4. 4. FederalFundingforEnvironmentalResearchandDevelopment2013 4 T T Acknowledgements he National Council for Science and Environment (NCSE) is pleased to acknowledge and express its deep appreciation to the American Association for the Advancement of Science (AAAS). The AAAS R&D Budget and Policy Program has provided the budget analysis behind this report for the past thirteen years, first under Kei Koizumi and, in recent years, under Patrick Clemins and Matthew Hourihan, with significant help from Kelly Anderson. This report is made possible by members of the NCSE University Affiliate Program and the Community College Affiliate Program listed in Appendix C and Appendix D Statement Regarding Data Sources (applies to all Tables and Charts) All date is drawn from OMB R&D data, Budget of the United States Government, agency budget justification, agency budget documents, and historical data. Yearly values are adjusted for inflation using OMB's GDP deflators. Nominal values are unadjusted. FY 2013 are estimates adjusted for the full-year continuing resolution and sequestration. Foreword his Handbook provides an overview of the entire federal environmental R&D portfolio fol- lowed by chapters about individual federal agencies. The budget analysis for this Handbook has been conducted in partnership with the American Association for the Advancement of Science (AAAS) over the course of thirteen years, in order to maintain consistency with AAAS publications on R&D in the federal budget. Budget definitions and assumptions relevant to the analysis of environmental R&D in the federal budget are discussed in Appendix A. This report defines environmental sciences as the systematic study directed toward fuller scientific knowledge or understanding of the various biological and physical components of the earth’s environment and the interactions between the earth’s environment and humanity. The following areas are included in the definition of environmental R&D: • Environmental physical sciences such as atmospheric sciences, geological sciences, oceanography, and other non-biological terrestrial sciences. • Environmental life sciences such as environmental biology, forestry, marine biology, and related fields. • Environmental engineering and other sciences, including R&D related to prevention, control, regulation, and clean-up.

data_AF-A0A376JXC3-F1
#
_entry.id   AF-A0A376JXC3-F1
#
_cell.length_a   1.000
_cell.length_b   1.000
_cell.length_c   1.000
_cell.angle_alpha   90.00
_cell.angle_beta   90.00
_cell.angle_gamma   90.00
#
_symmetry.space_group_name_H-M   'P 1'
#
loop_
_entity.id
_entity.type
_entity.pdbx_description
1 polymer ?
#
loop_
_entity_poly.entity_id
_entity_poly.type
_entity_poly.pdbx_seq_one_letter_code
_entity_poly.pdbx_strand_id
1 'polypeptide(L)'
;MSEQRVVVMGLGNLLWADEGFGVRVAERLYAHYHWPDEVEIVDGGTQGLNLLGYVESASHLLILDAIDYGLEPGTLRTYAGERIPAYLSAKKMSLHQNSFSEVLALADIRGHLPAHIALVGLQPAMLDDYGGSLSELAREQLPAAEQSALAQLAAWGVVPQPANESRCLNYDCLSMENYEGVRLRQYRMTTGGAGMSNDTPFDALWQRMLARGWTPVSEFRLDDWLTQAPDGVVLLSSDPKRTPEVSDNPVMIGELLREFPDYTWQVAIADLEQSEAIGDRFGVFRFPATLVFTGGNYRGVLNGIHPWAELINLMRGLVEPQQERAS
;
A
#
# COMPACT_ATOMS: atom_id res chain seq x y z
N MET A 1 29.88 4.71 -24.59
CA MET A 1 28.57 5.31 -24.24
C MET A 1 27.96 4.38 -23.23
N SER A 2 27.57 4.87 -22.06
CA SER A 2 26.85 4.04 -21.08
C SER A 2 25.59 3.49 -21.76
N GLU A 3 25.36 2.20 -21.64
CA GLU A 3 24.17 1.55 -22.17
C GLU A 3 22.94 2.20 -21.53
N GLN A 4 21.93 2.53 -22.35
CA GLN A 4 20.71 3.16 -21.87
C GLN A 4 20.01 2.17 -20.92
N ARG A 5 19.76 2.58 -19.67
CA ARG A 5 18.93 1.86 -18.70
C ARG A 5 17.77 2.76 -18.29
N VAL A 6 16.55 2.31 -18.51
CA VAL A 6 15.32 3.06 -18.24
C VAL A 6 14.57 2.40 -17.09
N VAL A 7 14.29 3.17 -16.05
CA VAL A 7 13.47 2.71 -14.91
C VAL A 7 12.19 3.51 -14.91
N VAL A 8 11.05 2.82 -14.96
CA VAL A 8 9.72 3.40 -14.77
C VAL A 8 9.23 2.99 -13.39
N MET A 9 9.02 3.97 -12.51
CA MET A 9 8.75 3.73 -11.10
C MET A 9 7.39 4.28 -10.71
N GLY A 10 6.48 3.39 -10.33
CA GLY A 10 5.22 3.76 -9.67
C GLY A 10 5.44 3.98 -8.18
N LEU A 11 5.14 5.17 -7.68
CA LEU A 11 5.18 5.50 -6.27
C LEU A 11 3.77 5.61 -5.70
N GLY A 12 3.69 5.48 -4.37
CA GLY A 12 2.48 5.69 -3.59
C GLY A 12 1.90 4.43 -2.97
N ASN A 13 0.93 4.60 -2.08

5. 5. FederalFundingforEnvironmentalResearchandDevelopment2013 5 • Energy conservation and alternative energy research. • Environmental social sciences such as environmental economics and other fields that study human social and cultural activities related to environmental conditions. • Environmental data and information sciences related to the environment, such as collection, storage, standardization, and management R&D. • Studies that utilize any or all of the above to address pollution problems or activities that impair the sustained functioning and productivity of the earth’s environment. The following areas are not included in the definition of environmental research: • Most human health R&D such as the much of the work carried out by the National Institute for Environmental Health Sciences and some other federal agencies. However, human health R&D focused on specific environmental problems such as the Superfund program are included. • Extraterrestrial environmental sciences such as studies of other planets. • Studies that focus primarily on resource extraction and utilizing environmental resources as distinct from how those practices impact the environment (which are included). Thus mining and fishing technology, studies of agricultural crops, livestock and their use are not generally included except where the focus is on environmental impact (e.g., studies of turtle excluder devices and the impact of agricultural practices on the environment are included.) We have made no effort to analyze activities by specific “fields of science” or “scientific disciplines” except when an agency organizes its activities along those lines. To produce the narrative of this report, NCSE has drawn extensively from the budget documents, web sites, and other resources of the agencies of the federal government. We have attempted to represent the work of the agencies in a balanced and objective way. The amount of text devoted to various agencies and programs reflects approximately the level of expenditures invested in environmental research and development by those agencies and programs. Given that a typical page in this report covers approximately $100 million of in environmental research and development, the level of detail we are able to provide is limited. We encourage readers to explore the web sites and documents of the respective agencies and programs for additional details. Where possible Fiscal Year 2012 budget for continuing budgets is provided, or proposed budgets for FY 2014 for new programs. Note these are the entire budgets of the program of usually include more than just R&D. Because terms such as “environmental science” and even “research” and “development” have imprecise definitions, estimates of federal funding for environmental R&D must be considered approximations. That is not to say the data and descriptions of particular programs are not accurate, rather that definitions are important in deciding which programs and projects to include in the analysis. A broader definition of “environmental science” that included topics related to human health might add several billion dollars to the overall funding level. A narrower definition that omitted areas related to energy might reduce overall funding by over a billion dollars. We have attempted to maintain consistency over time in order to identify trends and changes in funding for environmental R&D. The budget of the federal government and the activities of its agencies are subject to change — sometimes significant change at short notice. We again encourage readers to explore the web sites and documents of the respective agencies and programs for the latest information.